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## L:/mrt/work/01_miktex_mrt_acm/umdruck_acm.dvi

5.6 Stability test and controller setting with the frequency response of theopen control loop As illustrated in ﬁgure 5-23, the control loop will be opened and excitedwith as the input variable of the controller. In the settled condition the out-put variable of the controlled system will be xa(t) = Xa · cos(ωt + ϕ) . xa = −GS · GR · xe = −G0(jω) · xe = −|G0(jω)| · ejϕ0(ω) · xe and considering ejπ(2n+1) = −1 ϕ = ϕ0(ω) + (2n + 1)π . This makes the amplitude and phase relation of the output variabledependent on the frequency of the input variable. This frequency willnow be selected such that the phase angle becomes ϕ = 0 or a wholenumber multiple of 2π . The following applies for the frequency ω =ωπ selected in this manner: ϕ0(ωπ ) = −(2n + 1)π . Controller setting and stability of control loops The amplitude of the output variable can now be larger than, equal toor smaller than that of the input variable. If it should (accidentally) beequal to the amplitude of the input variable, then xe(t) = xa(t) and we can, with the switch represented in ﬁgure5-23, connect the output variable of the controlled system to the inputof the controller without changing the variables themselves. Followingthe changeover, we end up with a closed control loop which carries outcontinuous oscillations and is therefore at the limit of stability.
If for the previously deﬁned frequency ωπ was the controller would, after changing the switch in ﬁgure 5-23, receive alarger input variable than before. This larger input variable (in additionto the switch-on procedure) would lead to a larger output variable of thecontrolled system which, as the input variable of the controller, wouldlead to further increase of the output variable. Such a closed controlloop which carries out increasing oscillations is called unstable.
If, in the opposite case, with ω = ωπ , because of then, following the changeover of the switch, the controller would re-ceive a smaller input variable than before, and the oscillation initiated 5.6 Stability test and controller setting with the frequency response of theopen control loop by the external signal would vanish and the closed control loop wouldbe stable.
From the results of these considerations we can conclude that a closedcontrol loop is stable if the amplitude of the open control loop’s fre-quency response with a frequency (or frequencies) ωπ is less than one;in which case ωπ is determined by the fact that for this frequency orthese frequencies the phase angle of the frequency response of the opencontrol loop ϕ0(ωπ ) = −(2n + 1. This can be converted to a rulewhich states that the Nyquist plot of G0(jω) may only intersect thenegative real axis to the right of point 1.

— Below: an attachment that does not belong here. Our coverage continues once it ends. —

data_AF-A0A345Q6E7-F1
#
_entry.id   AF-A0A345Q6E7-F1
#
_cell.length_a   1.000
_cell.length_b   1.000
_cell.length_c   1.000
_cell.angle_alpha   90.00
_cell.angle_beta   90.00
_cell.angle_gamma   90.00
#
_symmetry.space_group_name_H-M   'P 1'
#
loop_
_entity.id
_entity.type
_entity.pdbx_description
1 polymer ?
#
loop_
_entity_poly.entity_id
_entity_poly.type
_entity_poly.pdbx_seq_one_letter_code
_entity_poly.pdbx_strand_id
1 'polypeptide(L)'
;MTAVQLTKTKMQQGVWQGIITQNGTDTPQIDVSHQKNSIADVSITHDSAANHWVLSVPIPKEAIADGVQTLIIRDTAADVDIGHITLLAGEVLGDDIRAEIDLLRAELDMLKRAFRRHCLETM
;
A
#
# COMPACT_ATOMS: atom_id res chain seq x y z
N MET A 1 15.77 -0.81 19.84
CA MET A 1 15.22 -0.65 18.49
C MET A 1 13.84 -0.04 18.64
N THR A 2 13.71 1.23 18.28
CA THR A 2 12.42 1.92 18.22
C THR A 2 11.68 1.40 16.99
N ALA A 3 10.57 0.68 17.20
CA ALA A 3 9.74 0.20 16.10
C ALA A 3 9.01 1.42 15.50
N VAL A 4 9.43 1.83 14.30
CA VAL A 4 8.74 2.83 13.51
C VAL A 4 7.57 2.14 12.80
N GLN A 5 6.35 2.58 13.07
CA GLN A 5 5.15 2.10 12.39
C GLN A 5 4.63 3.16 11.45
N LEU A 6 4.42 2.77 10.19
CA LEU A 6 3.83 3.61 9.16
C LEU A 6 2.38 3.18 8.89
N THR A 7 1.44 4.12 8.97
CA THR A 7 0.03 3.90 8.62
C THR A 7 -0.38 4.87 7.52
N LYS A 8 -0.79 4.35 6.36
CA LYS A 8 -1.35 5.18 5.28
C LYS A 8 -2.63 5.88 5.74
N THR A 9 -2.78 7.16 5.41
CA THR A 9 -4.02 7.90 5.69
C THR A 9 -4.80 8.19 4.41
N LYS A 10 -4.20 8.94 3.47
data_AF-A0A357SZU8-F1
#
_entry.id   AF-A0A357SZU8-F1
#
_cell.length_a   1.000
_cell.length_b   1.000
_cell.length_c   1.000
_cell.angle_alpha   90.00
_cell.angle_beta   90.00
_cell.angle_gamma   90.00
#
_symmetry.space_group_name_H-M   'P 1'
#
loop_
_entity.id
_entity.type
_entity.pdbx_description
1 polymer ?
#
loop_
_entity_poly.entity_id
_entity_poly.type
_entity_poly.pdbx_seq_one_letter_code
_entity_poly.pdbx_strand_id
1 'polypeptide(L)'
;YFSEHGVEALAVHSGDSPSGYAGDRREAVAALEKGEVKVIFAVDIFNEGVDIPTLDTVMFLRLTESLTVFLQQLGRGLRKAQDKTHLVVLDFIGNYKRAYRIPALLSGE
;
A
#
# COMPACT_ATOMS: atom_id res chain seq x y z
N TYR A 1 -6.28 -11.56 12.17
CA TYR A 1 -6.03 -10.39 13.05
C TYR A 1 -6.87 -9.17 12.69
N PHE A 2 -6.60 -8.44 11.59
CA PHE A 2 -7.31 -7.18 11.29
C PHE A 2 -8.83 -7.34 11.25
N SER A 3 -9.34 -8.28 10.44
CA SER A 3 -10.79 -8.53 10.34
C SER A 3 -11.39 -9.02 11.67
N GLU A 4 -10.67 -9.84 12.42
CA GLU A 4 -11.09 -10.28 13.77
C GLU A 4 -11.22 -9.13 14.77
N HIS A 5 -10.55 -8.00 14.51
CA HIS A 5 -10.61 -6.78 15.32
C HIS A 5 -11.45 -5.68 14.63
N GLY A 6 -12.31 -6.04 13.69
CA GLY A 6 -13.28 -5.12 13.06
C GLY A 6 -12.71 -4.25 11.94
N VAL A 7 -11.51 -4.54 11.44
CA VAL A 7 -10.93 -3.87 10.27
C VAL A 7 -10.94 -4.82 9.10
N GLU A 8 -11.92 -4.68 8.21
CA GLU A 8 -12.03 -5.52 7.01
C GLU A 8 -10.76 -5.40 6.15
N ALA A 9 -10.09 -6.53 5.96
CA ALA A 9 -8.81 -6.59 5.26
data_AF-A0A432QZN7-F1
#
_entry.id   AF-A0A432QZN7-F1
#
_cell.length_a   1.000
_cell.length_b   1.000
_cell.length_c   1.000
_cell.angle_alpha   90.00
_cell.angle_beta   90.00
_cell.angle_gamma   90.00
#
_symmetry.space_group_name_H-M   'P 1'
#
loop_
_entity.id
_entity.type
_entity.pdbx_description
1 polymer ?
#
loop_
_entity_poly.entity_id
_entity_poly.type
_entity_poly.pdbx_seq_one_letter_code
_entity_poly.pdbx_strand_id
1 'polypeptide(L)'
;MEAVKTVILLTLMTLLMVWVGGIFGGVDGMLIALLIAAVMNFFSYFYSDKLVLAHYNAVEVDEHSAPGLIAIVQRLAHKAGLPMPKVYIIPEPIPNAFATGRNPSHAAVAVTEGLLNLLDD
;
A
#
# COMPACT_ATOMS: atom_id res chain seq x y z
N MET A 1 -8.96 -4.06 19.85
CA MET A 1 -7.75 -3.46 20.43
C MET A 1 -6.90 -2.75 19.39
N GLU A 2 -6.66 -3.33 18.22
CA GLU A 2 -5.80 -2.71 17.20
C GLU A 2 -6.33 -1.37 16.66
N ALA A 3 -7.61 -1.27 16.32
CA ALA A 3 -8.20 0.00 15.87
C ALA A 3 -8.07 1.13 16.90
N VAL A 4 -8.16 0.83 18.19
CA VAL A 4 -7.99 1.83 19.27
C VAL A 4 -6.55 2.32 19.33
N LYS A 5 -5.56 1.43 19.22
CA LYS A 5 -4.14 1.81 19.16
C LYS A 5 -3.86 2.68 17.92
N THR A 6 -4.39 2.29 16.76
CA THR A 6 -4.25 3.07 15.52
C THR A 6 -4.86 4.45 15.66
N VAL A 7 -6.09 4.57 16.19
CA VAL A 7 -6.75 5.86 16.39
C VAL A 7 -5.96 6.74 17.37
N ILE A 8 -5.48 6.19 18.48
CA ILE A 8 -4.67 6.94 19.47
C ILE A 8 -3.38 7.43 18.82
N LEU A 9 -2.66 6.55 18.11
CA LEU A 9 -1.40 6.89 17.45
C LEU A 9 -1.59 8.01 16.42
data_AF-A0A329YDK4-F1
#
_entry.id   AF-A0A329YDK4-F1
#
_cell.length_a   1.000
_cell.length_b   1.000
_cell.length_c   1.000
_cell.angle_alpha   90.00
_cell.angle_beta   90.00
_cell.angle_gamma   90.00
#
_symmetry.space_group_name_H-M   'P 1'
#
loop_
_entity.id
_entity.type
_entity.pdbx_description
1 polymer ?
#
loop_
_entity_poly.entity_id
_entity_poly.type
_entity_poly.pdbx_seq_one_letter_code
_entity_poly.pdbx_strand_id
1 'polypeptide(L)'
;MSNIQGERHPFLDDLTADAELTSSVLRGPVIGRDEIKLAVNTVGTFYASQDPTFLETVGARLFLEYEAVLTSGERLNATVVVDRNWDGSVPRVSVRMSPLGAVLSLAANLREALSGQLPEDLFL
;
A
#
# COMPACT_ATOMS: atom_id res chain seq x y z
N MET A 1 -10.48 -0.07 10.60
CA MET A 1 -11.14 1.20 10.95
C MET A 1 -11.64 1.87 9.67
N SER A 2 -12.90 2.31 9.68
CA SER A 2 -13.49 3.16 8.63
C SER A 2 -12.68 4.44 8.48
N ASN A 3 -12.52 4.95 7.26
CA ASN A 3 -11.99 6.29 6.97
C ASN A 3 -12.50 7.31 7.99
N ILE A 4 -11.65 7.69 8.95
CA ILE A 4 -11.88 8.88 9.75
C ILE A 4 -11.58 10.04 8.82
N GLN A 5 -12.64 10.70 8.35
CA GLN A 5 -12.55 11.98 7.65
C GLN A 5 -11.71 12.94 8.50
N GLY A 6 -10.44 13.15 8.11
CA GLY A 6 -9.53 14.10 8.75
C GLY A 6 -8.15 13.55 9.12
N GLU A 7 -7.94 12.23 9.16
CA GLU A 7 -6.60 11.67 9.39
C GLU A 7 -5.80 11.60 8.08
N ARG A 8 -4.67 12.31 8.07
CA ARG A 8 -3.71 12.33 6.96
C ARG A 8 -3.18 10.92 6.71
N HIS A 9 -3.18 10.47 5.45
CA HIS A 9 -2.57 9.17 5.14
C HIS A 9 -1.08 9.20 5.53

Unfortunately, this train of thought can lead to wrong conclusions ina few cases. One of these cases is illustrated in ﬁgure 5-22 where, forKR = 120, the Nyquist plot of G0 intersects the real axis, among others,at 1, 8 but the associated closed control loop is stable.
Contrary to the algebraic criteria, the Nyquist criterion applies with-out any limitation to control loops with delay elements. The (relativelyexpensive) proof will not be given here.
Gain and phase margins
From the Nyquist plot of the open control loop in the vicinity of thecritical point 1 we can obtain information regarding the quality of theclosed control loop’s stability. It is clear that control loops, for whichthe Nyquist plot of the open control loop runs very close to the criticalpoint (but still intersects the negative real axis at values > −1), are closeto the limit of stability. Such control loops appear to be poorly dampedand can, as a result of minor changes in the dynamic behaviour of theirelements, become unstable.
Contrary to this, control loops whose Nyquist plots of the open loopfrequency response run at a great distance from the critical point aremostly very sluggish because this shape of the Nyquist plot is achievede.g. by very small controller gains. Between the sketched extremes liesa central, technically usable area which will be deﬁned by design rules.
The distance of the Nyquist plot from the critical point will be describedby means of the so-called gain margin AR and the phase margin αR; seeﬁgure 5-24.
Controller setting and stability of control loops The gain margin is the factor by which the static gain of the open controlloop must be multiplied so that the associated closed control loop is atthe limit of stability.
ϕ0(ωπ ) = −(2n + 1)π . The gain margin is also called amplitude margin or amplitude distance.
The phase margin is the angle which a phasor drawn to the point wherethe Nyquist plot intersects a circle with a radius of one forms with thenegative real axis αR = ϕ0(ωd) − ϕ0(ωπ ) If the Nyquist plot intersects the real axis several times, the least gainmargin or the least phase margin is the crucial factor.